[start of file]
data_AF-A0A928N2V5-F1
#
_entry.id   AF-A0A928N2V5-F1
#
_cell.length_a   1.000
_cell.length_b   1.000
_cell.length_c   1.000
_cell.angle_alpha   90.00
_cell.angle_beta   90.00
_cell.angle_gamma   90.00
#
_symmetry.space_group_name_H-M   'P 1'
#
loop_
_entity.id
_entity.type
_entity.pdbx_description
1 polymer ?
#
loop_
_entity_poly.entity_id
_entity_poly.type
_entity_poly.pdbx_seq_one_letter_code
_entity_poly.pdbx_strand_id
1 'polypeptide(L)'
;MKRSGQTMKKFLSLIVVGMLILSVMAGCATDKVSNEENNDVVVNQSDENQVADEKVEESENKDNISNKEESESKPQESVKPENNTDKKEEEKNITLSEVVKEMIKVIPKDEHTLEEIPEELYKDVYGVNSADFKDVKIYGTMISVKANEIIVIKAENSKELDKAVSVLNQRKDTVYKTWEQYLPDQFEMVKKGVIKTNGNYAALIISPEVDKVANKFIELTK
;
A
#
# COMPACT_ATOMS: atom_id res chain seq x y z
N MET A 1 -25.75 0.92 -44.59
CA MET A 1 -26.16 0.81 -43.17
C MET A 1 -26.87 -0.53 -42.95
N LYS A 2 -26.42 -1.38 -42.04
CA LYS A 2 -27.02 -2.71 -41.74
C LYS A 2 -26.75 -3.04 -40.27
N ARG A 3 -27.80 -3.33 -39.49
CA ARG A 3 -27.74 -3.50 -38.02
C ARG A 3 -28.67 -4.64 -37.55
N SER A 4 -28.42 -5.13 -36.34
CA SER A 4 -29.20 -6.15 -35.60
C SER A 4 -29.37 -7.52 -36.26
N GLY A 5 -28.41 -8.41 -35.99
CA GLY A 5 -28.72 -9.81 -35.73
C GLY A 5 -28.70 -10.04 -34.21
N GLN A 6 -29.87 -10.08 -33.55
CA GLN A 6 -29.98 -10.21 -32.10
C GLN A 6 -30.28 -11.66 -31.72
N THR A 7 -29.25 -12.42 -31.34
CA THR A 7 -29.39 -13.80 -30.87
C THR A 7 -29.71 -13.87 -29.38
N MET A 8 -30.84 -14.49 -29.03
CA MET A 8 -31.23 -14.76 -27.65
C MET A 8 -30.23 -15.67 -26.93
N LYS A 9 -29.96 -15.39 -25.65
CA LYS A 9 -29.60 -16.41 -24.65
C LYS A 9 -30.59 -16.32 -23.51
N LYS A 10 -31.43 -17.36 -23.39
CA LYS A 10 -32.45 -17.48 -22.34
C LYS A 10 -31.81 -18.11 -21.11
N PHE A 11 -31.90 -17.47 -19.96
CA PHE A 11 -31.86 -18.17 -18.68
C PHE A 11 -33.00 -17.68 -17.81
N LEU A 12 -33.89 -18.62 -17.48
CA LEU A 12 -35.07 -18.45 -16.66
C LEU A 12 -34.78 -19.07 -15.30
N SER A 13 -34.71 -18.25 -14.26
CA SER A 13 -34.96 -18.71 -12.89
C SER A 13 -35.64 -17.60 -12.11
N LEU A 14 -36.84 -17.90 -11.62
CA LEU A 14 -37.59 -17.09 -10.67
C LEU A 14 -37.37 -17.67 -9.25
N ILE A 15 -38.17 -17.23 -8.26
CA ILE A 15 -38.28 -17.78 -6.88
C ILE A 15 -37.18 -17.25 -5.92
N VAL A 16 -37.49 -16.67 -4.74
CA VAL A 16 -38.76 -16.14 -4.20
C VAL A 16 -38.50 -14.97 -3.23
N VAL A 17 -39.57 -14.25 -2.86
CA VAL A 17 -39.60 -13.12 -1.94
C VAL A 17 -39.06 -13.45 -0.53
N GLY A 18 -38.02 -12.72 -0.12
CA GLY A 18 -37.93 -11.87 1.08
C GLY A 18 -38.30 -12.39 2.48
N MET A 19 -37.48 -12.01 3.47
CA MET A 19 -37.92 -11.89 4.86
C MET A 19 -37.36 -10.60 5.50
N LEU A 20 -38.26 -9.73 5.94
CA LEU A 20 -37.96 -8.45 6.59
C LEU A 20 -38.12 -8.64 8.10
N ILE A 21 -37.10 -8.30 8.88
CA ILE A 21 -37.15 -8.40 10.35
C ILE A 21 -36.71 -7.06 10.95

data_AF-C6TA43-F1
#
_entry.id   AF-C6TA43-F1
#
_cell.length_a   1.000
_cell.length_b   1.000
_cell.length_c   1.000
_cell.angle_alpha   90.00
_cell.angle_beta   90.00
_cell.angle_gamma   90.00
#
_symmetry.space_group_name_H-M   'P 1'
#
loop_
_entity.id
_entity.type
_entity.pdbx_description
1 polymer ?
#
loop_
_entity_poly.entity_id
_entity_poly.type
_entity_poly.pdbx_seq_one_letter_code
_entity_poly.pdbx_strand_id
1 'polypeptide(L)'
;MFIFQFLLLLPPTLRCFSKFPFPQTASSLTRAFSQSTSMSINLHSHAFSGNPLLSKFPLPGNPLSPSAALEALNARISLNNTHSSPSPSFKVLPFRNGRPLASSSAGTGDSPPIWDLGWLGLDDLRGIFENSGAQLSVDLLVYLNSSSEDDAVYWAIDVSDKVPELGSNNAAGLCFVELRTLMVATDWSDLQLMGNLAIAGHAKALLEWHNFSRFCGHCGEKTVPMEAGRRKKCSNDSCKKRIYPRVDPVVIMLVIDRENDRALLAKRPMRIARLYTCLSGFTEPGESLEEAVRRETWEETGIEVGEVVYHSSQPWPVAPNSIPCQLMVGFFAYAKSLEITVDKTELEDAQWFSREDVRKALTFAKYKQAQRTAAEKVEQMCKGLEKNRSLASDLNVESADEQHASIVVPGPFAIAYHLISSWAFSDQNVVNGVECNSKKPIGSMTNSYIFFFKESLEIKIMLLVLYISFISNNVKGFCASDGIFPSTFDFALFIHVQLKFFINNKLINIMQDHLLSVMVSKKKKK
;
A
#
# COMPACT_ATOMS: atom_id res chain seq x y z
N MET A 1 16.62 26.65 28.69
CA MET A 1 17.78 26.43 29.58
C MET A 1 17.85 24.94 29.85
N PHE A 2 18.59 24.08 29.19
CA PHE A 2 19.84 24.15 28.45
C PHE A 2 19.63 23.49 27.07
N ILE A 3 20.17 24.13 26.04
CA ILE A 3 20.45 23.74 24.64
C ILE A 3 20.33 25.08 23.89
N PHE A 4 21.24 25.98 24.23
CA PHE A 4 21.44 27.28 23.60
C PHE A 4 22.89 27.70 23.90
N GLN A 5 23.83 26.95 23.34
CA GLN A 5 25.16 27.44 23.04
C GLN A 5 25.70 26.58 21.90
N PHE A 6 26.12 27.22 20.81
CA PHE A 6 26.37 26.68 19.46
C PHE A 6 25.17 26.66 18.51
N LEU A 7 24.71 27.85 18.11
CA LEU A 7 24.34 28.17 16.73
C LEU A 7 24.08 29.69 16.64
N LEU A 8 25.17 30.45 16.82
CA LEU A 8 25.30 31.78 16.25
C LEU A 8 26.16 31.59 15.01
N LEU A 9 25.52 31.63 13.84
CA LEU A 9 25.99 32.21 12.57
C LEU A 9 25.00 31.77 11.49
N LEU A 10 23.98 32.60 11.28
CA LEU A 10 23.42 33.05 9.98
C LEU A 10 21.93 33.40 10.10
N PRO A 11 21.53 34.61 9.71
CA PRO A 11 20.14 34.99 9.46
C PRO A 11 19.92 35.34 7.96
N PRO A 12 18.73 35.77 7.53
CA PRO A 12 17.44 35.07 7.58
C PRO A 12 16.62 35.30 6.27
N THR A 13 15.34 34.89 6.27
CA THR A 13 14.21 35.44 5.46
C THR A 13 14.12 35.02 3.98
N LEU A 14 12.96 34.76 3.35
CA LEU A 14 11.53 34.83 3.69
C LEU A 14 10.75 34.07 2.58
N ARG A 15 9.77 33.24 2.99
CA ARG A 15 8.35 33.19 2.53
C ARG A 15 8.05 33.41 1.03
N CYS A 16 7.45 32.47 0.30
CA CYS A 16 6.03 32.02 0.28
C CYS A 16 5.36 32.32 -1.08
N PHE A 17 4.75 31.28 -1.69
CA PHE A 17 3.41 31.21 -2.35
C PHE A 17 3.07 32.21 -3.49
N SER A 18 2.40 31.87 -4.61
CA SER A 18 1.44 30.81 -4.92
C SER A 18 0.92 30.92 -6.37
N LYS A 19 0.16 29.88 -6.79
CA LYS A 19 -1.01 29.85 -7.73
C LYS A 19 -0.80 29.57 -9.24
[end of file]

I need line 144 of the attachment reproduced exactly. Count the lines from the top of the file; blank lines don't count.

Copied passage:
C LEU A 7 24.08 29.69 16.64